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Monday, July 18, 2011

Me & the Crying Cat

Leo, my cat, would not stop crying. I can take a little kitty whine here and there, but he had literally been on a roll for the last three days nonstop. Last night he wouldn’t let me fall asleep for hours, then he woke me up in the middle of the night, then he woke up this morning—a wail ten times more obnoxious than my alarm. 
Rowr, rowr, rowr, rowr, rowr, rowr, rowr.
Over and over and over. For hours.
I knew what he wanted. He wanted to go outside but I wouldn’t let him. There’s a ton of feral cats out there and these guys are raggedy, scarred and tough. I’ve seen one of the tabbies, who’s missing an eyeball, literally leap up a 6ft. fence, no problem—20-pound Leo can barely jump up the bed. The poor guy doesn’t stand a chance against them. It’d be like throwing Steve Erkel into a bar full of Crips. “You’re not going outside!” I yelled at him. I was trying to relax on the couch but his crying was making me slightly delirious. Maybe because I felt like crying too…
A couple months ago, I met a writer at an open mic in the city. After amazing conversation, she asked to see some of my work. I couldn’t believe it. Me? Send my writing to her—an established, renowned writer?! I polished several of my stories mercilessly: reading and re-reading them until there was not a single detail I could think of to edit. When the ‘message sent’ popped up on my screen, I felt like I’d just run a hundred mile marathon. And indeed, my brain had.
I wasn’t bummed when I checked my email 14 times a day those first two days with no response. She was busy, I told myself. She had a life. I checked my email profusely for a week and two weeks after, even running to the computer to see if I’d missed any messages those 4 minutes I’d escaped to the bathroom. I politely sent another email weeks later as a follow-up, and offered to re-send my work if I had not done it correctly. More time passed: nada. Was I that bad a rookie that I did not even deserve a response? Or did she just get swallowed up in a blizzard that spit her back out in the Bermuda Triangle?
I was bummed but not broken as I excited myself over my next possibility. A local paper was looking for queer-themed short stories to publish. I spent an entire afternoon scripting my synopsis about the stories I’m working on, a brief bio as requested, even including a link to my blog. I haven’t heard back from them. I won’t hear back from them. In the writer’s world, an acknowledged rejection is diplomatic. All other forms of it usually come as nothing at all.
Leo was crying louder than ever. His whole mouth opened wide as he shouted his one desperate request in my face: ROWR!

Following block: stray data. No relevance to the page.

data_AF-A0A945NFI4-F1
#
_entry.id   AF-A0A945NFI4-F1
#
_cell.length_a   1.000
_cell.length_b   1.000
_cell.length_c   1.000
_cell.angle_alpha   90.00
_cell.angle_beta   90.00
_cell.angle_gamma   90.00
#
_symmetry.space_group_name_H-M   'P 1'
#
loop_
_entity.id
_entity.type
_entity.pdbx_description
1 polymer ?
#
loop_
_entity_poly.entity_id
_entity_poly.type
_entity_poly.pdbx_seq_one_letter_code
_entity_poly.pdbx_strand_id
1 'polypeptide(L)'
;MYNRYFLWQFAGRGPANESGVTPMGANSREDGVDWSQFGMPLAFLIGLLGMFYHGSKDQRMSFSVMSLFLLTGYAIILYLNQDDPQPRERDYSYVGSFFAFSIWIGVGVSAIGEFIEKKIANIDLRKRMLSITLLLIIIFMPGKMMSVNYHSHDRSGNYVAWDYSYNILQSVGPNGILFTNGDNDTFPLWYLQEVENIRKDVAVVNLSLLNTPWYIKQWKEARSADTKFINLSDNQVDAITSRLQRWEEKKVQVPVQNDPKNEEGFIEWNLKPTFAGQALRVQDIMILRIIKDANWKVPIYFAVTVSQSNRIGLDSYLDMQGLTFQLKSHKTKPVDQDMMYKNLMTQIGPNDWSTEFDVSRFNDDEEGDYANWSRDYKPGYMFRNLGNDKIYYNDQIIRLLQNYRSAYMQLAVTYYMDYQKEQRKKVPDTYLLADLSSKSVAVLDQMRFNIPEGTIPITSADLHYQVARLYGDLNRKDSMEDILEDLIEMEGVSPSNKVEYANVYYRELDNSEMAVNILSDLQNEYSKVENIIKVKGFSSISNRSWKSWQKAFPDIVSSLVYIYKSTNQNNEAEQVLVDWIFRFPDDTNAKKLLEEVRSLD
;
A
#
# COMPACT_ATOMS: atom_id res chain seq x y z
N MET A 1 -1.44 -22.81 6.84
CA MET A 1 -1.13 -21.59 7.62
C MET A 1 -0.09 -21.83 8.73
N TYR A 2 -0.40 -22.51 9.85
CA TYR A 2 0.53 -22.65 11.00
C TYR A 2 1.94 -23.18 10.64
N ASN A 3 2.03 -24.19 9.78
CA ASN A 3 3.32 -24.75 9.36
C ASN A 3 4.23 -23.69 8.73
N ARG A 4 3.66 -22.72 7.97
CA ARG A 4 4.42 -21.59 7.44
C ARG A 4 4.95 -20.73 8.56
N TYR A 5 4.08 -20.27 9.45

I clutched my head on the couch, trying to calm myself. Boo-hoo, so I got another rejection to add to my pile of manuscript rejections that, together, are probably thicker than my own novel. I’m a sensitive person but I can’t let myself get sensitive about my work. I told myself when I chose this profession that I would need to grow a skin tougher than an alligator’s. Consider people’s critiques sensibly, but never let them break me. You should hear the voice in my head; I’ve seen pissed off football coaches be nicer to their players than the coach in my head is with me. “Big deal! Crying’s for babies! Pick your whiny ass up and try again! No one said this shit would be easy.”
ROWRRR!!! Leo cried.
            Sometimes I look at the “regular” 9-5ers in my bar. How easy it almost seems. To go to a job in those spiffy suits, and to have a steady salary where your method of payment isn’t indicative on how well you kiss ass for a decent tip. Benefits, vacation pay, enough to support your family: a regular job. It all seems so easy. Why then, can’t I bring myself to do it—to give in and live that good ol’ classic American dream? Because. I can’t. I have this yearning inside me that’s only soothed once its words are spewed out and onto a page, toyed with, manipulated, placed in a certain rhythm the way notes in a song harmonize. People read the words, probably have no idea how many times I’ve read and re-read the same sentence—scrutinizing every last comma and giving the illusion that the metaphors I pull from my mind like a rabbit out of a hat is merely effortless. If my work flows as smoothly as rainwater gushing downstream, I have done my job as a writer. And while I may envy the simple life of one who is not an artist, I would not trade my skill, my talent, my passion, my artwork for anything in the world. Do flowers wish to be ordinary weeds? No! I will never settle for complacency simply because it is easier. What a baby I was being, whining about a couple measly rejections! That was the coach inside yelling at me, telling me to toughen up, get over it, and move on. I began crying and when it called me a wimp for crying, I began crying even more, with Leo of course crying next to me.